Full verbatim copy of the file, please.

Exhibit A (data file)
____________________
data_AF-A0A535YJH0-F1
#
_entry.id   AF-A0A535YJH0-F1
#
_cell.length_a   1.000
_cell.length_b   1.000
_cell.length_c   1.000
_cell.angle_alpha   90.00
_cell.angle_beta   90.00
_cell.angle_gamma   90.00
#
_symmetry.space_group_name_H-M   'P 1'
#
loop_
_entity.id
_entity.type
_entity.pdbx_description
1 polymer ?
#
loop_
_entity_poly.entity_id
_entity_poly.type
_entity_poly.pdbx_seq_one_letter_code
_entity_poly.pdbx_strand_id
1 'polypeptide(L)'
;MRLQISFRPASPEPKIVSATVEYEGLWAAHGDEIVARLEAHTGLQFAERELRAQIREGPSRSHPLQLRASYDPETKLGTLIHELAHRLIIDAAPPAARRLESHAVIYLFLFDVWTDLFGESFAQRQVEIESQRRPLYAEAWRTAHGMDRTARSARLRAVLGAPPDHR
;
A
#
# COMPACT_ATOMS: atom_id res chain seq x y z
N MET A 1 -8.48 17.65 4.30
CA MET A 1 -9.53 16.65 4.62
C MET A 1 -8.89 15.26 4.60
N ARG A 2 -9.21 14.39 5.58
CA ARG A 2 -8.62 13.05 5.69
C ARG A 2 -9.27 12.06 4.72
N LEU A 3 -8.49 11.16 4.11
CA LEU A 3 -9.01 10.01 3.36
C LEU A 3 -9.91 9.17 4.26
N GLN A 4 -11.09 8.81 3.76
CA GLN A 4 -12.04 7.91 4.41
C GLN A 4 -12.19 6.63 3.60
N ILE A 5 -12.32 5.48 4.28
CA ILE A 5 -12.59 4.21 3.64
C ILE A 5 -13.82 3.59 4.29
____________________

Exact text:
data_AF-A0A535YJH0-F1
#
_entry.id   AF-A0A535YJH0-F1
#
_cell.length_a   1.000
_cell.length_b   1.000
_cell.length_c   1.000
_cell.angle_alpha   90.00
_cell.angle_beta   90.00
_cell.angle_gamma   90.00
#
_symmetry.space_group_name_H-M   'P 1'
#
loop_
_entity.id
_entity.type
_entity.pdbx_description
1 polymer ?
#
loop_
_entity_poly.entity_id
_entity_poly.type
_entity_poly.pdbx_seq_one_letter_code
_entity_poly.pdbx_strand_id
1 'polypeptide(L)'
;MRLQISFRPASPEPKIVSATVEYEGLWAAHGDEIVARLEAHTGLQFAERELRAQIREGPSRSHPLQLRASYDPETKLGTLIHELAHRLIIDAAPPAARRLESHAVIYLFLFDVWTDLFGESFAQRQVEIESQRRPLYAEAWRTAHGMDRTARSARLRAVLGAPPDHR
;
A
#
# COMPACT_ATOMS: atom_id res chain seq x y z
N MET A 1 -8.48 17.65 4.30
CA MET A 1 -9.53 16.65 4.62
C MET A 1 -8.89 15.26 4.60
N ARG A 2 -9.21 14.39 5.58
CA ARG A 2 -8.62 13.05 5.69
C ARG A 2 -9.27 12.06 4.72
N LEU A 3 -8.49 11.16 4.11
CA LEU A 3 -9.01 10.01 3.36
C LEU A 3 -9.91 9.17 4.26
N GLN A 4 -11.09 8.81 3.76
CA GLN A 4 -12.04 7.91 4.41
C GLN A 4 -12.19 6.63 3.60
N ILE A 5 -12.32 5.48 4.28
CA ILE A 5 -12.59 4.21 3.64
C ILE A 5 -13.82 3.59 4.29